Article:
Apache Spark streaming: Process data from Azure Event Hubs with Spark cluster on HDInsight

In this article, you create an Apache Spark streaming sample that involves the following steps:

  1. You use a standalone application to ingest messages into an Azure Event Hub.

  2. With two different approaches, you retrieve the messages from Event Hub in real-time using an application running in Spark cluster on Azure HDInsight.

  3. You build streaming analytic pipelines to persist data to different storage systems, or get insights from data on the fly.

Prerequisites

Spark Streaming concepts

For a detailed explanation of Spark streaming, see Apache Spark streaming overview. HDInsight brings the same streaming features to a Spark cluster on Azure.

What does this solution do?

In this article, to create a Spark streaming example, perform the following steps:

  1. Create an Azure Event Hub that will receive a stream of events.

  2. Run a local standalone application that generates events and pushes it to the Azure Event Hub. The sample application that does this is published at https://github.com/hdinsight/spark-streaming-data-persistence-examples.

  3. Run a streaming application remotely on a Spark cluster that reads streaming events from Azure Event Hub and perform various data processing/analysis.

Create an Azure Event Hub

  1. Log on to the Azure Portal, and click New at the top left of the screen.

  2. Click Internet of Things, then click Event Hubs.

    Create event hub for Spark streaming example

  3. In the Create namespace blade, enter a namespace name. choose the pricing tier (Basic or Standard). Also, choose an Azure subscription, resource group, and location in which to create the resource. Click Create to create the namespace.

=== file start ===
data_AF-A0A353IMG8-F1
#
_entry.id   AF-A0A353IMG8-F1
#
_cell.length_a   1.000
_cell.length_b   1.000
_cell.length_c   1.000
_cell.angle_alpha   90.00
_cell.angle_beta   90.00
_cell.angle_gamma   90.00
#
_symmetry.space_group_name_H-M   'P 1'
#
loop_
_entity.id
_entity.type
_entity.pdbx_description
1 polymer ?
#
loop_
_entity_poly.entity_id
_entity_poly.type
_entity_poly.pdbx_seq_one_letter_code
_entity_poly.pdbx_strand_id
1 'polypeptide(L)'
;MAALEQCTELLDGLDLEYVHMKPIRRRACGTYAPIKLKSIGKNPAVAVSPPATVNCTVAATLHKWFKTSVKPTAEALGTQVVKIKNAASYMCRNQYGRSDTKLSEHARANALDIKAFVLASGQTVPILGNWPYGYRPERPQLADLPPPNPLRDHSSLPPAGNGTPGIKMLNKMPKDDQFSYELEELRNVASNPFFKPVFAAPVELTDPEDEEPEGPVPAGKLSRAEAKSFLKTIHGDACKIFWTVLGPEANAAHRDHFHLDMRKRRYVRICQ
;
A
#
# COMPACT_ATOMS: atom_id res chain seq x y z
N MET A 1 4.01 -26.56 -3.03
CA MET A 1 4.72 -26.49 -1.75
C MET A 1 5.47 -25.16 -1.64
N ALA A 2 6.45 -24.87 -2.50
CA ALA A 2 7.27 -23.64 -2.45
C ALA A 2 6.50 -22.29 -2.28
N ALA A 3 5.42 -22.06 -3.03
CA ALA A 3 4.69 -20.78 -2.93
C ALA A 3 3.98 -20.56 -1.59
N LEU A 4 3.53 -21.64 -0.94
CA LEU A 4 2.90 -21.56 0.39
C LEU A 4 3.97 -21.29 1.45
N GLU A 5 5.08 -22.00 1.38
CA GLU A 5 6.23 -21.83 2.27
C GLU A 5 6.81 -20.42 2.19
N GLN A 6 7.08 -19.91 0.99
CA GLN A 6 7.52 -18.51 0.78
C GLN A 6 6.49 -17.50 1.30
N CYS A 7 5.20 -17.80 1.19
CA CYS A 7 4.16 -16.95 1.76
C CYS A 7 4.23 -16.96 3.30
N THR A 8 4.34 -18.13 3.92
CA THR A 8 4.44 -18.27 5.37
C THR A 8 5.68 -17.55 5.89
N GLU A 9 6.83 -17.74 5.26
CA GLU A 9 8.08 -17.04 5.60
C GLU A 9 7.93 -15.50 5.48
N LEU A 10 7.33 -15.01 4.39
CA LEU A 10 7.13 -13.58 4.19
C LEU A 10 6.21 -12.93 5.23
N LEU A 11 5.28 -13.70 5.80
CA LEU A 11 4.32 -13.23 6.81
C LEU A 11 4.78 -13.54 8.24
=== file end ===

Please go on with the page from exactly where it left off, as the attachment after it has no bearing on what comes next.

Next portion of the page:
Provide an event hub name for Spark streaming example

    Note

    You should select the same Location as your Apache Spark cluster in HDInsight to reduce latency and costs.

  4. In the Event Hubs namespace list, click the newly-created namespace.

  5. In the namespace blade, click Event Hubs, and then click + Event Hub to create a new Event Hub.

    Create event hub for Spark streaming example

  6. Type a name for your Event Hub, set the partition count to 10, and message retention to 1. We are not archiving the messages in this solution so you can leave the rest as default, and then click Create.

    Provide event hub details for Spark streaming example

  7. The newly created Event Hub is listed in the Event Hub blade.

    View Event Hub for the Spark streaming example

  8. Back in the namespace blade (not the specific Event Hub blade), click Shared access policies, and then click RootManageSharedAccessKey.

    Set Event Hub policies for the Spark streaming example

  9. Click the copy button to copy the RootManageSharedAccessKey primary key and connection string to the clipboard. Save these to use later in the tutorial.

    View Event Hub policy keys for the Spark streaming example

Send messages to Azure Event Hub using a sample Scala application

In this section you use a standalone local Scala application that generates a stream of events and sends it to Azure Event Hub that you created earlier. This application is available on GitHub at https://github.com/hdinsight/eventhubs-sample-event-producer. The steps here assume that you have already forked this GitHub repository.

  1. Make sure you have the following installed on the computer where you run this application.

    • Oracle Java Development kit. You can install it from here.
    • Apache Maven. You can download it from here. Instructions to install Maven are available here.
  2. Open a command prompt and navigate to the location you cloned the GitHub repo for the sample Scala application and run the following command to build the application.

     mvn package
    
  3. The output jar for the application, com-microsoft-azure-eventhubs-client-example-0.2.0.jar, is created under /target directory. You use this JAR later in this article to test the complete solution.

Create application to receive messages from Event Hub into a Spark cluster

We have two approaches to connect Spark Streaming and Azure Event Hubs, Receiver-based connection and Direct-DStream-based connection. Direct-DStream-based is introduced on Jan of 2017, in the 2.0.3 release. It is supposed to replace the original receiver-based connection as it is more performant and resource-efficient. More details found in https://github.com/hdinsight/spark-eventhubs. Direct DStream only supports Spark 2.0+.

Build applications with the dependency to spark-eventhubs connector

We will also publish the staging version of Spark-EventHubs in GitHub. To use the staging version of Spark-EventHubs, the first step is to indicate GitHub as the source repo by adding the following entry to pom.xml:

<repository>
      <id>spark-eventhubs</id>